Cody Cousino / Lantern photographer
The federal budget debate is making waves in Washington, but Ohio State students will feel the ripples.
President Barack Obama’s budget proposal calls for cuts in entitlement, defense and discretionary spending along with the elimination of tax cuts for the wealthiest Americans and tax loopholes for corporations.
“He insists that while we are living in our means there are a number of things that are too important to cut and must be protected,” said White House Council of Economic Advisers Chairman Austan Goolsbee in a conference call Thursday.
Those areas include education. The president’s budget would keep the maximum Pell Grant award at current levels, but it would eliminate awards for summer courses and eliminate loan subsidies for graduate students.
Goolsbee said Congressional Republicans hope to make deeper cuts to the Pell Grant program as well as repeal the president’s health care reform bill, which allows students to stay on their parents’ health insurance until age 26.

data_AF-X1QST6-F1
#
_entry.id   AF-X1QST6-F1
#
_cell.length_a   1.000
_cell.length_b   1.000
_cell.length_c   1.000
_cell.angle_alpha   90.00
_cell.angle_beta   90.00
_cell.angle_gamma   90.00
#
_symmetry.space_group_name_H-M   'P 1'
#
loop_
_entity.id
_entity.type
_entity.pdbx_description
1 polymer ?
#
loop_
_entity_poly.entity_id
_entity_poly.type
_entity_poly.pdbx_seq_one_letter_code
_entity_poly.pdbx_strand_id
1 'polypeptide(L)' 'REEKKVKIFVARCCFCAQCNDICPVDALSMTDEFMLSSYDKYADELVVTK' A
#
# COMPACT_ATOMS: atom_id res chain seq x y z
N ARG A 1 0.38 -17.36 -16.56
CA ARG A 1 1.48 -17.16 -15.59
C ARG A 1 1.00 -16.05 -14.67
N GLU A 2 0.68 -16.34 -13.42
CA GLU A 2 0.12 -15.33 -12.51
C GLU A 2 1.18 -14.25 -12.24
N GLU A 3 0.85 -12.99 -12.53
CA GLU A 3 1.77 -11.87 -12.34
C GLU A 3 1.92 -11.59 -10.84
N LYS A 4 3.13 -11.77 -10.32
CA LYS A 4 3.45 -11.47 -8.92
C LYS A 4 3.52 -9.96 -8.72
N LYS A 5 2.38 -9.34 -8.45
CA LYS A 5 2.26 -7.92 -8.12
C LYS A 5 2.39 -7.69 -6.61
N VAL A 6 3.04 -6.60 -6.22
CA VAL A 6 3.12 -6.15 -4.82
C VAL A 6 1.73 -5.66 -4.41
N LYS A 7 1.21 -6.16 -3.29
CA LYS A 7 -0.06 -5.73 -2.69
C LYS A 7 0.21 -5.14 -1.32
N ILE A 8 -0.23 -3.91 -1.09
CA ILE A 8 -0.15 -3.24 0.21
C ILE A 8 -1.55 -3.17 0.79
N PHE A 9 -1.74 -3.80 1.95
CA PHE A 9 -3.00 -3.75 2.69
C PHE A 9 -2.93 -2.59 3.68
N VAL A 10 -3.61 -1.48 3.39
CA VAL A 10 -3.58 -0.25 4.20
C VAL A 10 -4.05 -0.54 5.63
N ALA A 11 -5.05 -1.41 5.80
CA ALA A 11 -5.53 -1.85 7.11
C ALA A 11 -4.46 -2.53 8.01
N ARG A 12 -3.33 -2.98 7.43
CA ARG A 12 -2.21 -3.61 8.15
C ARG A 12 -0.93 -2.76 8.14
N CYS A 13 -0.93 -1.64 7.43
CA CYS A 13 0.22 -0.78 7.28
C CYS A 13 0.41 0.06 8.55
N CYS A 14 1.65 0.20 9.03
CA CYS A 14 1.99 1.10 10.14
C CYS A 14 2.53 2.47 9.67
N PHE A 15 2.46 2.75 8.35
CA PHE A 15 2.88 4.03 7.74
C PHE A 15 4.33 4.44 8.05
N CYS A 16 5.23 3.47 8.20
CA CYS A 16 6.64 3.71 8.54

“The magnitude of the cuts (by Republicans) to discretionary spending are such that they will include significant direct cutting to education spending across the board,” Goolsbee said.
Obama’s proposal enjoys general support among Democrats, but Laura Smales, a Democrat and third-year in social work, said she feels the budget doesn’t do enough to protect social programs.
“He’s trying to be too moderate to secure his place in the 2012 elections,” Smales said. “He needs to embrace his liberalism.”
Still, others feel the president’s budget goes too far by eliminating tax cuts.
“Part of the basic American freedom is let people have their money,” said Darius Hardwick, 31, of Columbus, who was visiting the OSU campus on Thursday. “We don’t want bigger government.”
Goolsbee said the issue is living within our means and the solution is fiscal responsibility.
“We have laid out a fiscally responsible plan,” Goolsbee said.
Read Monday’s edition of The Lantern for more of this story.